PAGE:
The Lincoln-Douglas Debates

By — McGraw-Hill Professional
Updated on Feb 4, 2012

The Lincoln-Douglas Debates

In 1858, one of the most important figures in American history appeared on the national political scene. Abraham Lincoln, a self-educated Illinois lawyer, had served one term in the House of Representatives, but had not achieved national renown. He returned to politics over the question of slavery, which he opposed, stating plainly that “no man is good enough to govern another without that other’s consent.” At the Republican convention of 1858, Lincoln gave one of the most famous speeches of his career. He quoted the Bible in the speech’s most famous paragraph:

“A house divided against itself cannot stand.” I believe this government cannot endure, permanently, half slave and half free. I do not expect the Union to be dissolved; I do not expect the house to fall; but I do expect it will cease to be divided. It will become all one thing, or all the other.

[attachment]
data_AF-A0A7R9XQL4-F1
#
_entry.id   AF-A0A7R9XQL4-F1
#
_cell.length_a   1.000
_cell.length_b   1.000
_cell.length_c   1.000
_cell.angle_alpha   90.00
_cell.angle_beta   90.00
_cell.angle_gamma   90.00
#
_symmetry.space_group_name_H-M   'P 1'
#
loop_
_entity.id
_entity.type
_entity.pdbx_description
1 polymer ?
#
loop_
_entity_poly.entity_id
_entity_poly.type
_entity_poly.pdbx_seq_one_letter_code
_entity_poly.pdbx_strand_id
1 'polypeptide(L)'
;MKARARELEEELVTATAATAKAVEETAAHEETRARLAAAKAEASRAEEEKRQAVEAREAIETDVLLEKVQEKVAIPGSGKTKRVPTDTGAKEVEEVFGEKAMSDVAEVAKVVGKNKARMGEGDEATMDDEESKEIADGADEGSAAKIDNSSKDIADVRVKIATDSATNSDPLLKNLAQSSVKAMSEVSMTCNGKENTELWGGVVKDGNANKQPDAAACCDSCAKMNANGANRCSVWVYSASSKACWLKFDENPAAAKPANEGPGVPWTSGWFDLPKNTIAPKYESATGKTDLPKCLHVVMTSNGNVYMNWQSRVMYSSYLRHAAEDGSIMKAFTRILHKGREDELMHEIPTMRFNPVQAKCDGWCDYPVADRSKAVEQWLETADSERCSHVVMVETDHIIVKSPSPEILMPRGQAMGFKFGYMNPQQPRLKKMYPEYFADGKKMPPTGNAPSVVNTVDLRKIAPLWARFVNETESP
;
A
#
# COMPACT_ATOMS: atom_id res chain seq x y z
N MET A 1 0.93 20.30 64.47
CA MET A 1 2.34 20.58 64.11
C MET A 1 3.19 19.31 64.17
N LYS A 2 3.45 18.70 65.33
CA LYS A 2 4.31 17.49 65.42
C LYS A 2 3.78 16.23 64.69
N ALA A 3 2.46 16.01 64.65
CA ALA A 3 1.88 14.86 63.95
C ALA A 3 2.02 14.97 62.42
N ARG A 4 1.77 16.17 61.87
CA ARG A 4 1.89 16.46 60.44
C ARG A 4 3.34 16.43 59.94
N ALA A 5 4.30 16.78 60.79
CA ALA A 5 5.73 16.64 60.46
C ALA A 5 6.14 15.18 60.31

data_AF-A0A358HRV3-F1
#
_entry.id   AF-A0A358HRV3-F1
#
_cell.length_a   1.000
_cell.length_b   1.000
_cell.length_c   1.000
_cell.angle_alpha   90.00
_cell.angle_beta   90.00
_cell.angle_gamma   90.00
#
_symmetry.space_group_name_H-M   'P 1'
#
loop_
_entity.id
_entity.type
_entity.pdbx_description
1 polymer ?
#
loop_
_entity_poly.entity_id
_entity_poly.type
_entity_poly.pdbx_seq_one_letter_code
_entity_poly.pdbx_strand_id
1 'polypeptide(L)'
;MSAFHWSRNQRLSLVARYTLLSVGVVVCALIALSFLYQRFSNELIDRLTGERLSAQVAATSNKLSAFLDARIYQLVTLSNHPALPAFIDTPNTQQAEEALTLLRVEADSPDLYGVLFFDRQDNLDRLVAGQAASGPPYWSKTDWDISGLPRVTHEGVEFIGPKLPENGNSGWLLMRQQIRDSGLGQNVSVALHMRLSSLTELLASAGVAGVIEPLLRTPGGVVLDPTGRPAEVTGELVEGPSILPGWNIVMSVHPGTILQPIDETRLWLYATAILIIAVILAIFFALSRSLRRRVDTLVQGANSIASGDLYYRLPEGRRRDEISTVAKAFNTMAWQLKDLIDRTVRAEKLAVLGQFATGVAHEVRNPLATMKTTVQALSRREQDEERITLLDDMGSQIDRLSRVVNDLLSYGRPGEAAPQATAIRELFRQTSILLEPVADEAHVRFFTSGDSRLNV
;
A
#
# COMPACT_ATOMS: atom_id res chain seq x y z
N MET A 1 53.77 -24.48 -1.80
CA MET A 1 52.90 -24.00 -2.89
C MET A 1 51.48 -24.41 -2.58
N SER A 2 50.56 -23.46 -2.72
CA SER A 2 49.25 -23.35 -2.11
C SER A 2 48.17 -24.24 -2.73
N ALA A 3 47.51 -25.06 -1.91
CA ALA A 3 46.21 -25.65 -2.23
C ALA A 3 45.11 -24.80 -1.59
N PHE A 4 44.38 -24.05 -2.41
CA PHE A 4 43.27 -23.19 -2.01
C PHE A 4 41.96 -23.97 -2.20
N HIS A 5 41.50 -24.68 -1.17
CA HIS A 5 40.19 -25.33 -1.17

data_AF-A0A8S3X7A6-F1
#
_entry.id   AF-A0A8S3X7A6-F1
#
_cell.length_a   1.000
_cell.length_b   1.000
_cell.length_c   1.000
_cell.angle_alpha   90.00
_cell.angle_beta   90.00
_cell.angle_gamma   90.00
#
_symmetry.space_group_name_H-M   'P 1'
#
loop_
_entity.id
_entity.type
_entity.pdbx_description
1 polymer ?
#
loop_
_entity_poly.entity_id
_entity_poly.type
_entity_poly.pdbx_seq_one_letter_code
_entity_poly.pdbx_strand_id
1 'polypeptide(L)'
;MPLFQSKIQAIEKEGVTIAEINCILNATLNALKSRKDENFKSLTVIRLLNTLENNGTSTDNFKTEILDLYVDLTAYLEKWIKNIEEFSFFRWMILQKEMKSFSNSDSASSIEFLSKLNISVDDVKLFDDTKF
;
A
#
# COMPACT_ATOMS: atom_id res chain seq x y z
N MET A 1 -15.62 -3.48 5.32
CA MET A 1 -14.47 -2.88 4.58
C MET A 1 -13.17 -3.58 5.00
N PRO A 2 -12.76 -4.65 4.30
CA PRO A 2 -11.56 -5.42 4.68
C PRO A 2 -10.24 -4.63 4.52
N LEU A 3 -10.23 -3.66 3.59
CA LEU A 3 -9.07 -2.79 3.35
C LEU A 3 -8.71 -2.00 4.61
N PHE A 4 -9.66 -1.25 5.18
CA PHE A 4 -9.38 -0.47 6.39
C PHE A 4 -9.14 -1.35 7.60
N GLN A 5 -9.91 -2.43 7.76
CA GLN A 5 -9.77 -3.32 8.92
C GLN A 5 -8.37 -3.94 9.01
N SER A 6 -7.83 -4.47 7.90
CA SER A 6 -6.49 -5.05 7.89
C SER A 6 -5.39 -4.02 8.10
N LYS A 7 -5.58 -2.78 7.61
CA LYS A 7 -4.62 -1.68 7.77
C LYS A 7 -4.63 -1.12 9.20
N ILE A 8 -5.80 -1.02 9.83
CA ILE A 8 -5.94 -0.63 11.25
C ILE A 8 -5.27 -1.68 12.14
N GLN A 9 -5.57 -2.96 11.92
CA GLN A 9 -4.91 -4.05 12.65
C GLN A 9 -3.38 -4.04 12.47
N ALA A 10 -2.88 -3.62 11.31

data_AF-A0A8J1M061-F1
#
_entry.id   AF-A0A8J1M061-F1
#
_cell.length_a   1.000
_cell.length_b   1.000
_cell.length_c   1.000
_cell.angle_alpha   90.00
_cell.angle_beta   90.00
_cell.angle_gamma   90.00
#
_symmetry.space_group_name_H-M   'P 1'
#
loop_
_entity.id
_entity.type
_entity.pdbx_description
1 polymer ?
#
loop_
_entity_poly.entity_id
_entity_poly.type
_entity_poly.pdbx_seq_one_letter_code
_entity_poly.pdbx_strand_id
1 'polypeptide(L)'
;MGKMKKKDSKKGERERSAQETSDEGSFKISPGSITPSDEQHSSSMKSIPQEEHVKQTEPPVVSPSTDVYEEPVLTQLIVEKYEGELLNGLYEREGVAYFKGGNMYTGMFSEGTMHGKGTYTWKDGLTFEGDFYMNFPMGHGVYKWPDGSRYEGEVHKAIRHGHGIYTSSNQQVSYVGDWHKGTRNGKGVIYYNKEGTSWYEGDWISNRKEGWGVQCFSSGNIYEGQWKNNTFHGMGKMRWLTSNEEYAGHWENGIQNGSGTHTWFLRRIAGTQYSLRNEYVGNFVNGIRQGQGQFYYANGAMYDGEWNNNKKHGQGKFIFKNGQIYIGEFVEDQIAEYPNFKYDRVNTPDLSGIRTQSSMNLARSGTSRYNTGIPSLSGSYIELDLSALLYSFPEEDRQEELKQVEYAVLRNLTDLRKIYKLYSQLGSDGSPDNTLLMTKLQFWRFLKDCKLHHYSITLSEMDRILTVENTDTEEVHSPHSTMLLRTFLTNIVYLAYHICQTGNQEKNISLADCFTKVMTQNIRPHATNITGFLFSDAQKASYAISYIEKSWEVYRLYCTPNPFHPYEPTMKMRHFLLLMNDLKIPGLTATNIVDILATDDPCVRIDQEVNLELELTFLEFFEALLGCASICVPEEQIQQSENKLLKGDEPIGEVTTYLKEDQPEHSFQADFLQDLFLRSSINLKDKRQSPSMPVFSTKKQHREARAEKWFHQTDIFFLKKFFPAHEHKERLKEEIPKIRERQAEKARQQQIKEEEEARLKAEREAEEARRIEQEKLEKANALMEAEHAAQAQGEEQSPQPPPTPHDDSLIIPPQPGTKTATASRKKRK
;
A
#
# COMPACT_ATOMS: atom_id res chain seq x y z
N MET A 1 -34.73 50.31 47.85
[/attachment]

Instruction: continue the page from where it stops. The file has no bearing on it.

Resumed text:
Republican candidate Lincoln ran against Democratic candidate Stephen Douglas. The two held a series of seven debates between August and October 1858. They argued the important issue of the day—slavery—at length in each appearance. Both men defended their positions on the Dred Scott decision, on the theory of popular sovereignty, on the Compromise of 1850, and on the expansion of slavery. Huge crowds turned out to hear the two men speak. In the end, Douglas defeated Lincoln by a slim margin of votes. However, he would soon lose to Lincoln in a much more important race.

Practice questions for these concepts can be found at:

A House Divided Practice Test

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